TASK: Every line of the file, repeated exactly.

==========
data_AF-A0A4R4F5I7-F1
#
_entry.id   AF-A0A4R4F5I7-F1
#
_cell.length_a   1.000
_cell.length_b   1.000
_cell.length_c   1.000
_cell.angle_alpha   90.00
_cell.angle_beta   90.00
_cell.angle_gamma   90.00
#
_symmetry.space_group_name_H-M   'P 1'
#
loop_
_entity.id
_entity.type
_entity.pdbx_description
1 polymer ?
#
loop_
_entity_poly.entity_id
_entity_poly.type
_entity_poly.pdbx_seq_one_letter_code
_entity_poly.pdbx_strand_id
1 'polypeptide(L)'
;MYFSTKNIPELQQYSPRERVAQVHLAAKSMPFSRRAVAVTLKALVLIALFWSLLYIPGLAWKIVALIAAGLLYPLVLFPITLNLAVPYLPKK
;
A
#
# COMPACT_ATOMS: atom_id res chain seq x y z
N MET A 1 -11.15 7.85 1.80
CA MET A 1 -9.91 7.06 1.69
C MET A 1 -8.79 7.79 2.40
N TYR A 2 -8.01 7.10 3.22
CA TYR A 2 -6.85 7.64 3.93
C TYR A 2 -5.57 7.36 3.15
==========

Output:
data_AF-A0A4R4F5I7-F1
#
_entry.id   AF-A0A4R4F5I7-F1
#
_cell.length_a   1.000
_cell.length_b   1.000
_cell.length_c   1.000
_cell.angle_alpha   90.00
_cell.angle_beta   90.00
_cell.angle_gamma   90.00
#
_symmetry.space_group_name_H-M   'P 1'
#
loop_
_entity.id
_entity.type
_entity.pdbx_description
1 polymer ?
#
loop_
_entity_poly.entity_id
_entity_poly.type
_entity_poly.pdbx_seq_one_letter_code
_entity_poly.pdbx_strand_id
1 'polypeptide(L)'
;MYFSTKNIPELQQYSPRERVAQVHLAAKSMPFSRRAVAVTLKALVLIALFWSLLYIPGLAWKIVALIAAGLLYPLVLFPITLNLAVPYLPKK
;
A
#
# COMPACT_ATOMS: atom_id res chain seq x y z
N MET A 1 -11.15 7.85 1.80
CA MET A 1 -9.91 7.06 1.69
C MET A 1 -8.79 7.79 2.40
N TYR A 2 -8.01 7.10 3.22
CA TYR A 2 -6.85 7.64 3.93
C TYR A 2 -5.57 7.36 3.15